2. And I would’ve never pegged you as shy or awkward back in high school. (of course, our social circle was just at the stake activities since we lived an hour or so apart). I always thought you were totally cool and that I was pretty cool since I hung out with ya at the activities. I was a bit shy and awkward in my school setting (well, not really shy, just a bit awkard), but not at church activities. I always felt like I was in my element with friends in the church–stake dances, youth conferences, girls camp, etc. I always felt like I was cool and “popular” at church things–in part cause we were friends and I don’t remember ever dealing with gossip or the other silliness you mentioned with my friends in the stake then. What are your memories of stake activities in junior high and high school?

  3. Natalie, it’s funny that you say that, because I always felt like the shy weirdo. Stake stuff was better than school because of people like you and Lisa, but even that was hard sometimes – I felt like all the other girls were so much more pretty and popular, and no boys except Randy ever asked me to dance. Then after I dyed my hair right before my senior year of high school, I felt like everyone thought I was this problem child – which I guess I was, but it wasn’t *all* my fault! (One of the YW leaders in my ward really did treat me pretty badly, I had two nemeses in my ward who were both more popular [especially with guys] than I was, I was DEFINITELY not in the “in crowd” at school, my parents and I weren’t getting along at all, and my struggles weren’t exactly secret among the members of the Pine Bluff or Little Rock 1 wards…) All those things made me feel like everyone thought I was terrible. So my memories of my teenage years unfortunately aren’t so great.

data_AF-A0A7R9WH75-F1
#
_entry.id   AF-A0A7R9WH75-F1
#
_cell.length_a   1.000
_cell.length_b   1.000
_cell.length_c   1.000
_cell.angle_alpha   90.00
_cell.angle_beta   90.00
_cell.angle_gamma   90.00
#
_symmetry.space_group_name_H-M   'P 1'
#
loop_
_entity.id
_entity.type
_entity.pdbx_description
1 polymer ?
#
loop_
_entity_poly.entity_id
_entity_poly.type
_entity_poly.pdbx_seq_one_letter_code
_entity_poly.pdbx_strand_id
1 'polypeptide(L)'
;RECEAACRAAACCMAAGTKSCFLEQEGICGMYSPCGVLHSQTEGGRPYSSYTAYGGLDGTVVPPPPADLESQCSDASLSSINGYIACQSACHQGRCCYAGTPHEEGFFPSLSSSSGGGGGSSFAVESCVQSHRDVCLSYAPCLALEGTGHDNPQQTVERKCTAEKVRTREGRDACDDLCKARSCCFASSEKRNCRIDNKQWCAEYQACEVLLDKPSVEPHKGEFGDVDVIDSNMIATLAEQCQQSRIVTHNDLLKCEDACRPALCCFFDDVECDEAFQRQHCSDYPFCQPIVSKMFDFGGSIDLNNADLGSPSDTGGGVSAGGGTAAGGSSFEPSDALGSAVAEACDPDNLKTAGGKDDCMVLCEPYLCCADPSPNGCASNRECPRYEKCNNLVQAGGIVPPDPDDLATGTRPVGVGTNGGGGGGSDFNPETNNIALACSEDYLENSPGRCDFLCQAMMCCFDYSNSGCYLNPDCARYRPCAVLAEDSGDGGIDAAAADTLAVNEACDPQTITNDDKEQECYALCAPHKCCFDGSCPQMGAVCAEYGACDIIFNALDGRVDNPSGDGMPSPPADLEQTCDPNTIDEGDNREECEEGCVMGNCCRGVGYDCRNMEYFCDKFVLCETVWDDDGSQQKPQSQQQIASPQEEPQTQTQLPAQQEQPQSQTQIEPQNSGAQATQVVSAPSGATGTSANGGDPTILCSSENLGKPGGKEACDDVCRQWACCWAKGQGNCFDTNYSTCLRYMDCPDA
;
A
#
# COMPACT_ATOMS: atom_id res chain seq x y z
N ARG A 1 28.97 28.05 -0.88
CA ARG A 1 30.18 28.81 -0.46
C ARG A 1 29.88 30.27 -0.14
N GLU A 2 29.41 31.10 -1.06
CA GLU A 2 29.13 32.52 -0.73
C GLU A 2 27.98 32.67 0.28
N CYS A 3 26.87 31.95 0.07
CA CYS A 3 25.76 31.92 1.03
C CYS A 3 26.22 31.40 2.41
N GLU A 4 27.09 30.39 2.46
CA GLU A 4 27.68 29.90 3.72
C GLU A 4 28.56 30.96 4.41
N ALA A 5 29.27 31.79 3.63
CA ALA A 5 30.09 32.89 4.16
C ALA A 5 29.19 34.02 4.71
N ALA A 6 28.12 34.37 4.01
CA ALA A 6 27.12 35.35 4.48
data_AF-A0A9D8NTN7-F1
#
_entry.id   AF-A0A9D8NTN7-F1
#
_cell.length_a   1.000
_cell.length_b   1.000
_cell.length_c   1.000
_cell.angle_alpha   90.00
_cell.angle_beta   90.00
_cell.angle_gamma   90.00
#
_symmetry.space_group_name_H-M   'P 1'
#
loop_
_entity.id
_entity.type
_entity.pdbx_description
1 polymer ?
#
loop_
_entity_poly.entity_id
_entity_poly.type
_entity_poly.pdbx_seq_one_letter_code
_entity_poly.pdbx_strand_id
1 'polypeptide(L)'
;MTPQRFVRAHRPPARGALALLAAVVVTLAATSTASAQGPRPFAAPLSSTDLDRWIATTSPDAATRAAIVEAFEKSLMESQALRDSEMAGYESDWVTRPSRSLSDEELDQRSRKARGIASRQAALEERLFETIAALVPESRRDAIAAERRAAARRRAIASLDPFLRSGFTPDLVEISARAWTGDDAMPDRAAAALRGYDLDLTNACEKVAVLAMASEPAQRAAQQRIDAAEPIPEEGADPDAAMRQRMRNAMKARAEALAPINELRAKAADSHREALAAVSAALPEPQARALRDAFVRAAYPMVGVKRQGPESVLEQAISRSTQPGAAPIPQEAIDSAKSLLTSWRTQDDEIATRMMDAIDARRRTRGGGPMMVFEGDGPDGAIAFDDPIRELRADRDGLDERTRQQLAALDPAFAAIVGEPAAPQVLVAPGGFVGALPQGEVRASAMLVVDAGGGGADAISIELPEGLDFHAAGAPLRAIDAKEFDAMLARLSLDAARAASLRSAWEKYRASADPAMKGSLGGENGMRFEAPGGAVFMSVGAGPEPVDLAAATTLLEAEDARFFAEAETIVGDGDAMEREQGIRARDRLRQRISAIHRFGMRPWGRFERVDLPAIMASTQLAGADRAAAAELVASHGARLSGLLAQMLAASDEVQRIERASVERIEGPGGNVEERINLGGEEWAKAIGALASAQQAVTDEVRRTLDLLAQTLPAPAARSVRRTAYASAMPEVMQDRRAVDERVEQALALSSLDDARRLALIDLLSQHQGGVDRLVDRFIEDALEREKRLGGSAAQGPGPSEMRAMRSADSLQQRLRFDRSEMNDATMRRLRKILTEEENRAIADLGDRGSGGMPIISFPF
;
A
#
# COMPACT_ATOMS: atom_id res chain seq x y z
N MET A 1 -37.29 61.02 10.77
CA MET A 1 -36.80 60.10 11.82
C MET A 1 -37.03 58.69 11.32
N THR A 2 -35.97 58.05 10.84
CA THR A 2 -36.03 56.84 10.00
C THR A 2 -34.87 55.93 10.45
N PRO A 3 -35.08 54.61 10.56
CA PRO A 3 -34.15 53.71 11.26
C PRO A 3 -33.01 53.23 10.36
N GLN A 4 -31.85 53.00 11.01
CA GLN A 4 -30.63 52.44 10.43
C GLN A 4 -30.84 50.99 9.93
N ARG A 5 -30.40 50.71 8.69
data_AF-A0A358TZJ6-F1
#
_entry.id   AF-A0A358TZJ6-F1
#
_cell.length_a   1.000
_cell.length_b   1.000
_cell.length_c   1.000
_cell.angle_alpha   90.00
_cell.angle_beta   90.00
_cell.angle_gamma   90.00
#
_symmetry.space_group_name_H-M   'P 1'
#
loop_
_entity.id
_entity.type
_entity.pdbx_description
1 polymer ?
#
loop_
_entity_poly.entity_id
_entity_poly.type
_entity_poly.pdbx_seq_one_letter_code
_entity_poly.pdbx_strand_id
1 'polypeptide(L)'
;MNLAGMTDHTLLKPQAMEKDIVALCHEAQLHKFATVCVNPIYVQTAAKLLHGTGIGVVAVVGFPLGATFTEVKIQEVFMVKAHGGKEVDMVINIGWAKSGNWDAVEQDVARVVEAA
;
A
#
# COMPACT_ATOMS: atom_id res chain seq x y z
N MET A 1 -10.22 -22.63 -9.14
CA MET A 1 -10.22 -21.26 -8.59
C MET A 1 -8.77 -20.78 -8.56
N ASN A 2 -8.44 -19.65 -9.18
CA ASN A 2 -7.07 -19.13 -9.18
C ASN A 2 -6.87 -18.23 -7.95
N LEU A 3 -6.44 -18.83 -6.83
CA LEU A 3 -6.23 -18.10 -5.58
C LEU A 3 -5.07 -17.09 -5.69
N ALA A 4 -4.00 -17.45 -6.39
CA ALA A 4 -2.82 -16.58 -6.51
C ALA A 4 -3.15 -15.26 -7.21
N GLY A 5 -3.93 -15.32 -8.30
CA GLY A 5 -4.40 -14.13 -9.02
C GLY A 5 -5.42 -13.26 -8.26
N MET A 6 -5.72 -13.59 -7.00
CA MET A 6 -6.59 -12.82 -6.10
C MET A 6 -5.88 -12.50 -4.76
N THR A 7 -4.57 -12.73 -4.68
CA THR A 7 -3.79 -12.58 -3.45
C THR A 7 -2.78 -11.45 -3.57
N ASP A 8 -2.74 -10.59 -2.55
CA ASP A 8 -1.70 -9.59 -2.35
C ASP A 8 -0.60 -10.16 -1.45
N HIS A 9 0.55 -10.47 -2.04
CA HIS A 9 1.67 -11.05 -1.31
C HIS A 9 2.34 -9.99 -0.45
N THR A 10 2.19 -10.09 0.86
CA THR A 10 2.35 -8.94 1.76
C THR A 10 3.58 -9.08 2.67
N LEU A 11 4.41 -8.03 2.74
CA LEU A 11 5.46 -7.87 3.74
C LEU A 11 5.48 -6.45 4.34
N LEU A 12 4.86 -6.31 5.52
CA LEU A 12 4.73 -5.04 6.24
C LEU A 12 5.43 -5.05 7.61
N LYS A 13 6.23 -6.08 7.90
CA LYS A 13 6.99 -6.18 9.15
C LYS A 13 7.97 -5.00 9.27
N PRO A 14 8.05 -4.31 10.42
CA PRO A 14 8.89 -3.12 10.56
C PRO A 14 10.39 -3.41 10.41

That said, though, you were always a very good friend, and I did look forward to stake activities. At those, at least, I felt like I had friends. It was kind of funny – I felt like most groups were ward-based, but we were kind of a pick-up group with one or two members from various wards in the stake (and Conway – I remember you having a great conversation with a totally cute boy whose name was something like Jaren [he had a brother named Ryan]). I guess we “fringe” people find each other more easily than I realized. 🙂

  4. Well, I definitely never thought of you as the “shy weirdo.” I thought you were pretty darn cool and felt like I was pretty cool to be friends with ya! I knew you had struggles in high school and wish I could’ve been there for ya, but being an hour away and not really knowing any details. . .by the way, I think I remember you dying your hair and liking that you were willing to go against the grain. That was one of the things I liked most about ya. And, yeah, Jaren was the first guy I was really interested in who was interested back. We wrote for a long time and got together at stake activities (back when they had the bi-stake things–before I was 16 and could’ve actually gone on a date. By the time I was 16 we weren’t in touch anymore. The bi-stake activities fizzled. I remember those being the most fun!

    And, as for Randy being the only guy who asked you to dance, I had a huge crush on him for while!! So, I was always quite happy when he asked me to dance. 🙂

    This is fun, making me a bit nastalgic. . .

    Hey is there anyone on this blog to have comments on a particular post emailed to me that way I don’t have to go back and check the post to see if you responded to something I said (like I did with this one)? On you said mark a email replies box when you post a comment. . .